Otherwise, I loved running along the Allegheney River. The views were amazing and the blue skies always a reminder of what they are not, that is, filled with the fires of the steel mills. Many of the local people I met were delightful, showing what I deemed a nearly mid-western friendliness mixed with east coast open mindedness and worldliness. There were also interesting, experimental art exhibitions with works by young and emerging artists, indicating that Pittsburgh is a city on the move. The cost of living and the available spaces would surely make it an attractive option to the more economically prohibitive New York. That said, Pittsburgh still has a way to go before becoming a cultural capital or artistic mecca. Though it definitely warrants a “watch this space” sticker, I hope that it also strives to grow in the social equality and justice espoused but not always practiced by the most esteemed of its industrialist ancestors.


Sunday, September 16, 2018

Kate MccGwire & Mathieu Dufois, Ce monde-ce et l'autre @ la galerie particulière

Kate Mccgwire, Squall, 2017
I was very happy to kick start the season’s gallery visits with this exhibition at my local gallery, la galerie particulière, a joint show of Kate Mccgwire and Mathieu Dufois, Ce monde-ci et l’autre. The juxtaposition of two artists whose work is not obviously connected produces fascinating results, emphasizing the other worldliness in each suggested by the title Ce monde-ci et l’autre. Mathieu Dufois’s work, which I didn’t previously know, is conceptually and visually compelling. Dufois produced the works on view in this exhibition while at a residency in the Vallée Vézère, in the prehistoric world of the Dordogne. Many will know the ancient cave drawings of bison and other bovine animals from Werner Herzog’s 2010 film, Cave of Forgotten Dreams documentary on the miraculously preserved images.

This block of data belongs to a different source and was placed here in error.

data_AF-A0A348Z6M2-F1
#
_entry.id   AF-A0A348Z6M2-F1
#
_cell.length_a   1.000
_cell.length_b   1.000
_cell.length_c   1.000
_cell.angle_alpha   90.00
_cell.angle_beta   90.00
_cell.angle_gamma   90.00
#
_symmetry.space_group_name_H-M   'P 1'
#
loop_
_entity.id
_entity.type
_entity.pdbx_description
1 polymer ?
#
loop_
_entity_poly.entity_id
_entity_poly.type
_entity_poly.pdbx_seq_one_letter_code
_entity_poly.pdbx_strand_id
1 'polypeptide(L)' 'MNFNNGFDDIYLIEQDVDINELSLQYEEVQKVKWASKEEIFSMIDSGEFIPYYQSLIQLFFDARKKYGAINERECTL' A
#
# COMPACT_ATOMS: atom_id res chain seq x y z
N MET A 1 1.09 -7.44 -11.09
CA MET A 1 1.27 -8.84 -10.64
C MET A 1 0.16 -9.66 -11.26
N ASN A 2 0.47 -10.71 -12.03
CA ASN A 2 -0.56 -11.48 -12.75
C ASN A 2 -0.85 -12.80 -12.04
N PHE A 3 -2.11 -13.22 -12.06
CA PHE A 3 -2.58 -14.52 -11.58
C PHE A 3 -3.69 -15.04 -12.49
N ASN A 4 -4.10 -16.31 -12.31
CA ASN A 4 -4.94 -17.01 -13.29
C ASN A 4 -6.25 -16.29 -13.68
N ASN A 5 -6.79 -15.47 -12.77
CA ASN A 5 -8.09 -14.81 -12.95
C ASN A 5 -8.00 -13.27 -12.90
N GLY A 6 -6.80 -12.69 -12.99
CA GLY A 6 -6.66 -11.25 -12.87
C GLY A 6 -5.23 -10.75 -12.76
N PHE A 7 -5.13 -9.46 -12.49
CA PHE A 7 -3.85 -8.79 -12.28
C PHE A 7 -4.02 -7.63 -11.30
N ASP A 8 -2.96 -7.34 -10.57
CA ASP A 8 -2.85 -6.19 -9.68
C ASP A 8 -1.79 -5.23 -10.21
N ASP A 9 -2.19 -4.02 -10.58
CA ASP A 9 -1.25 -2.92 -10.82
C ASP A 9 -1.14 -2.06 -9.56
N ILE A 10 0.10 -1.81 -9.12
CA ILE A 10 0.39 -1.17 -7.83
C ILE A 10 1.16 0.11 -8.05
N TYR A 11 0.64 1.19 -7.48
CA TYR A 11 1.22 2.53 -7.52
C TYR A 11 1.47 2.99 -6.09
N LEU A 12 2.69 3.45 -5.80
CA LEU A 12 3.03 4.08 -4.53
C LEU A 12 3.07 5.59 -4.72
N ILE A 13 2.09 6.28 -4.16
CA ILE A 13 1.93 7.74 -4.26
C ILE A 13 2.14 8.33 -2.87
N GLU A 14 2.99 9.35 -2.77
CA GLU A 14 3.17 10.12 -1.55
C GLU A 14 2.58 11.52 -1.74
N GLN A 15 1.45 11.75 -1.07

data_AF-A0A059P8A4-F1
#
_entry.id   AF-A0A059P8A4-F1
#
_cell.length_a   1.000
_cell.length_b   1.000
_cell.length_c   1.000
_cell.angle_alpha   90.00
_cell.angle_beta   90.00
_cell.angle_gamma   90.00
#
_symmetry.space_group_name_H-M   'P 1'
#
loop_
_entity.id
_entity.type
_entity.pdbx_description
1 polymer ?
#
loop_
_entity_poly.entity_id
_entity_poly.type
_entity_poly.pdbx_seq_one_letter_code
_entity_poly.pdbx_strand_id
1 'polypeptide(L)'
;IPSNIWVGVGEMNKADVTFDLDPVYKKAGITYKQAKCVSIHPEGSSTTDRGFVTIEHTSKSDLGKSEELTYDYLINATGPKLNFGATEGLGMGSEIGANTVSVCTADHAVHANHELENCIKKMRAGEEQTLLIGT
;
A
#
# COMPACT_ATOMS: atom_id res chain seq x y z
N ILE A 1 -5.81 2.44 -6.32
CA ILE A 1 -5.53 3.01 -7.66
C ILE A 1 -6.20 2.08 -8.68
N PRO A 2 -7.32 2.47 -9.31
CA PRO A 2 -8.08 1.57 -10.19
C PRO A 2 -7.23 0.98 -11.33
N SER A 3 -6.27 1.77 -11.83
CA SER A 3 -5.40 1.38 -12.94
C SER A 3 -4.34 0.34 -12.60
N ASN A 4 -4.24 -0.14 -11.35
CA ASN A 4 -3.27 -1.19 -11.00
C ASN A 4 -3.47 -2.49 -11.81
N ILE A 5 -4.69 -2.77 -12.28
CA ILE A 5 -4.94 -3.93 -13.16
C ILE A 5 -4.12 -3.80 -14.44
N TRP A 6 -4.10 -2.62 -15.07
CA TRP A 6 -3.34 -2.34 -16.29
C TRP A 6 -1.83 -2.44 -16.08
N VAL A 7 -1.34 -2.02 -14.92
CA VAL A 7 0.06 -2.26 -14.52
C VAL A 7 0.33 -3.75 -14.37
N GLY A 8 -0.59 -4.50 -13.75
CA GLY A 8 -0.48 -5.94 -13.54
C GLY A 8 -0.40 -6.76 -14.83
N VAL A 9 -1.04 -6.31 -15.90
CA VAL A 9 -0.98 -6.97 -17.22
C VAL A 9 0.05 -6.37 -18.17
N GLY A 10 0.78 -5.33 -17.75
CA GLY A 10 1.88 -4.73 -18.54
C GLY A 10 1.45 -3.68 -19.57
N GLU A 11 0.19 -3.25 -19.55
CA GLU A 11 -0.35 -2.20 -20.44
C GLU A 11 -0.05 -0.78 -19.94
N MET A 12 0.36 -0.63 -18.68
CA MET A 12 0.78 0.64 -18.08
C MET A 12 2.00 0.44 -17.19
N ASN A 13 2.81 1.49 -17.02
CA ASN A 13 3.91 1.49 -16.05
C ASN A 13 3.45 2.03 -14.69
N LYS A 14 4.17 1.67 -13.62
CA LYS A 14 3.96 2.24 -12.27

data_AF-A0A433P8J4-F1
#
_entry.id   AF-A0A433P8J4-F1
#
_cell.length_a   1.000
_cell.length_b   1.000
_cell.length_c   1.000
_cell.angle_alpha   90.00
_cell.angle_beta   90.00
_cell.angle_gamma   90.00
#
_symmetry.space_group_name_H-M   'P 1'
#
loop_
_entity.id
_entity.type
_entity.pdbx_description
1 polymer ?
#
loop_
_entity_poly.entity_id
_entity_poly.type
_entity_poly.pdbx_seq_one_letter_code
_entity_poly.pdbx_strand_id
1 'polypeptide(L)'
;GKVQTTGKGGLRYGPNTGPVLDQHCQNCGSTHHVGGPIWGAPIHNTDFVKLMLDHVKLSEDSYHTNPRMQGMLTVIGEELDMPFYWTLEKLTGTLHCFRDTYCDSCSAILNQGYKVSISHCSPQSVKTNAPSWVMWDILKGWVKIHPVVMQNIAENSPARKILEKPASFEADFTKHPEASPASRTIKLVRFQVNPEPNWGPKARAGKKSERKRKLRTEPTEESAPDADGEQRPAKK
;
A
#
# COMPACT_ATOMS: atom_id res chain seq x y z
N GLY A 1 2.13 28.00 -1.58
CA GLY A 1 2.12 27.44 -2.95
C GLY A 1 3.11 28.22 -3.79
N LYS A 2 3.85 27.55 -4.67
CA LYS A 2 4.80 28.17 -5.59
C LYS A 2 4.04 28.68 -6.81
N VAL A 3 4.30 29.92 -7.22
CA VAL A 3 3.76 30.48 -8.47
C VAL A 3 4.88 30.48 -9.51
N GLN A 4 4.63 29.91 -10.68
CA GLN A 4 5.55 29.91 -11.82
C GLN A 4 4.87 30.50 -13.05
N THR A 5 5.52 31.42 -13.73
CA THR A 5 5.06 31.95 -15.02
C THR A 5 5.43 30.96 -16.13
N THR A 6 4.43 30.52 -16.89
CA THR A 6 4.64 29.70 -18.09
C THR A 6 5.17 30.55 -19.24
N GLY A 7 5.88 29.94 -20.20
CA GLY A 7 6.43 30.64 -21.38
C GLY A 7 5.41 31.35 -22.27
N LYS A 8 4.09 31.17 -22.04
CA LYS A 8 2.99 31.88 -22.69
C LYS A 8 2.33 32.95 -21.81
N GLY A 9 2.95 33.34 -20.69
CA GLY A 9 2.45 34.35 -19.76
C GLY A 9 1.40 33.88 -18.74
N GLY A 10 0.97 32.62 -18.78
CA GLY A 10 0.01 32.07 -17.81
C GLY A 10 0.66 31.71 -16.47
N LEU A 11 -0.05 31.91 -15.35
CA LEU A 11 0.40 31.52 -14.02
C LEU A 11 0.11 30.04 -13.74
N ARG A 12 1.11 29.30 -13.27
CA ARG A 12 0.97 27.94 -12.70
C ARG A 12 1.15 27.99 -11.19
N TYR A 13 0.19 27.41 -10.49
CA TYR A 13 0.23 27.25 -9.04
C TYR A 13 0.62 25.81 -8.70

Mathieu Dufois, The Herd 2, 2017
Dufois transfers archival photographic images, usually taken at night, of animals to drawings, and in that transference he claims to be bringing the past to life. While the animals in his images are not the same cave drawings, they do look like ghosts are racing away from lights under which they are visually trapped. The animal forms are like apparitions not meant to be discovered, not meant to be visible, who have accidently stumbled into the light. In other of Dufois’s images, the light looks to be a spotlight that effectively puts them on a stage, and consequently, the animals begin to perform for the camera. The images play with time, representation and the ancient world of the lost, hidden animals. It’s just that they happen to come out at night, happen to be caught by the camera. Dufois talks a lot about questions of memory being triggered by the old images, but if it’s another world at stake here, it is something and somewhere more mysterious and more unreachable than the historical past.
 
Kate Mccgwire, Swarm, 2018
In contrast, Kate Mccgwire makes sculptures that are so present they are unnerving to the point where they become frightening. That said, I must say, since I was familiar with her feathered forms in glass cabinets, I wasn’t as creeped out as I was the first time I saw them. The titles of her work have the sense of something crawling and shaking on the skin. Swarm, 2018, Squall, 2017, Tremor, 2018 on display here are her familiar feathered compositions and creations that on one level we want to resemble birds, but on another, have no relation to the living flying creatures. The sculptures draw us up close and we admire the pretty patterns of the feathers and then we recoil as, over time, they take on characteristics of being alive. Mccgwire’s works are otherworldly in that they sit somewhere between the sinister and the beautiful, the natural and the man made, the living and the dead. If we look at them for too long, we start to fear they might suddenly burst out of their cabinets and attack us. On a more serious note, her work challenges the way we look, where we stand in relation to a piece of art, and draws attention to our desire to make the unknown knowable.



Saturday, September 15, 2018

Laurent Grasso, OttO @ Galerie Perrotin

Laurent Grasso, OttO, 2018